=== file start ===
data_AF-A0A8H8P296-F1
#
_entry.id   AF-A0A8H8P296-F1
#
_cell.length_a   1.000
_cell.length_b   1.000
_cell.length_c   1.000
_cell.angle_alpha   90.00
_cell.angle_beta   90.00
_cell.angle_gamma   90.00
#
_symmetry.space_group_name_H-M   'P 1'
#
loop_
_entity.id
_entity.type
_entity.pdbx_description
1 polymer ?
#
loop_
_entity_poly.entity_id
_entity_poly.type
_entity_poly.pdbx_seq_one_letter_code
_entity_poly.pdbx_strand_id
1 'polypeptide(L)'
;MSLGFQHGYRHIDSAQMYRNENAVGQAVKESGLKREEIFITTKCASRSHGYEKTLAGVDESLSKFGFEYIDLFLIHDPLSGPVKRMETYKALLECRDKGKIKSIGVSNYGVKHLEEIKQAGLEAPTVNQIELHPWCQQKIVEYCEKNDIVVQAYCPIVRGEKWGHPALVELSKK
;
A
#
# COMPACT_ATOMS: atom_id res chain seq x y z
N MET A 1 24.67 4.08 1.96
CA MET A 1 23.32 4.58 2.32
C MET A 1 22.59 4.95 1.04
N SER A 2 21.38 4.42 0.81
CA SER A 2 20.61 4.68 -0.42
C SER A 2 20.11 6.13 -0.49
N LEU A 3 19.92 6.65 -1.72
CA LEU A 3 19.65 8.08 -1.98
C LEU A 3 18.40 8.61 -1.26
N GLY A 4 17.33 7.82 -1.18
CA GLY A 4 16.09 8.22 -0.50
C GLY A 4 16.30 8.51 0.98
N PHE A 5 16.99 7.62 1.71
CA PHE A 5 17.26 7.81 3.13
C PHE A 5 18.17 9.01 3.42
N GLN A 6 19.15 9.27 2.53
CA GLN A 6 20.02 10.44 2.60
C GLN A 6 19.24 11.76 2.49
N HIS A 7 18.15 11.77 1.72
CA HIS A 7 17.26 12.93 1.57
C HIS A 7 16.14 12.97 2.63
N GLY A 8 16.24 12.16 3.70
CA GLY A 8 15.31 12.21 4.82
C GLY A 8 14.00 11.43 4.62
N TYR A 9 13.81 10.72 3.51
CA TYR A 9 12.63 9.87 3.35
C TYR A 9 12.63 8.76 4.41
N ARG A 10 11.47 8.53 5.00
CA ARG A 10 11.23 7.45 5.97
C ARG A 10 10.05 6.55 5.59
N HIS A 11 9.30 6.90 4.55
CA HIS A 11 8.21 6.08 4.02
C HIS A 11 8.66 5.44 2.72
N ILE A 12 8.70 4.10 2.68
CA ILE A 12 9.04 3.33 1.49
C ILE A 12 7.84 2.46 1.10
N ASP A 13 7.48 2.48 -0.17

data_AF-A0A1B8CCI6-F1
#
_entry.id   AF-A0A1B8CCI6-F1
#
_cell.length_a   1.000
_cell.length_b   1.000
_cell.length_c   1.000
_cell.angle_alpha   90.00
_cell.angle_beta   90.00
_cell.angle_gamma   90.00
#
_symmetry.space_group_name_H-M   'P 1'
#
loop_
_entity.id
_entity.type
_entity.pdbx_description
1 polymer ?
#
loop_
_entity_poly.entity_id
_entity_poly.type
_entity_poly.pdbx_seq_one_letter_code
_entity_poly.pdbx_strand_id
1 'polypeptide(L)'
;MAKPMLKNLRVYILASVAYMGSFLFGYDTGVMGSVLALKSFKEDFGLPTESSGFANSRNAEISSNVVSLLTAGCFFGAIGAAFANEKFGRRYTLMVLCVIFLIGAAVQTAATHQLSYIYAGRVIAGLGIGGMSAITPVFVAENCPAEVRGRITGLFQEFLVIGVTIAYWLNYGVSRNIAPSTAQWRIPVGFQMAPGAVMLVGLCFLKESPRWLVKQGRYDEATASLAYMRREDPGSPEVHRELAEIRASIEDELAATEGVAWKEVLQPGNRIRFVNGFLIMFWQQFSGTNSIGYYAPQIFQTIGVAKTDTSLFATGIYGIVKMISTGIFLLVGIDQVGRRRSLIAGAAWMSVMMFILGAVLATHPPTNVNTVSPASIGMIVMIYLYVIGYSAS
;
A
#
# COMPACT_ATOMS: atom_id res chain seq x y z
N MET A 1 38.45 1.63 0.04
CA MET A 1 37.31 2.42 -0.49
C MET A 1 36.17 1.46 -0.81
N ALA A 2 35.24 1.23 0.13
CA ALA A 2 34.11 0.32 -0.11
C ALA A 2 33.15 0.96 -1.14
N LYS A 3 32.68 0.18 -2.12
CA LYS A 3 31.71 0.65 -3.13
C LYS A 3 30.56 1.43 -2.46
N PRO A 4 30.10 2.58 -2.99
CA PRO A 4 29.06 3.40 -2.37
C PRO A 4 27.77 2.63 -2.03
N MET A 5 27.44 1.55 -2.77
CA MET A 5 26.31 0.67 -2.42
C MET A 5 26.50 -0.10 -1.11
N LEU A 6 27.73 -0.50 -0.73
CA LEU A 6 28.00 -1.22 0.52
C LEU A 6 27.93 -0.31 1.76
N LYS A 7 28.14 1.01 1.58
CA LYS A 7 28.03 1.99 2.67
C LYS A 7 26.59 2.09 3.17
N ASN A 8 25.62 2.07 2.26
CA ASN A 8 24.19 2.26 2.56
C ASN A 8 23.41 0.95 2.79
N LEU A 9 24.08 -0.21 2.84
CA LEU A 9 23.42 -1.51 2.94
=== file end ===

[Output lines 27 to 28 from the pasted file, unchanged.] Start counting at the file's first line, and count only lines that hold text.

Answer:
;
A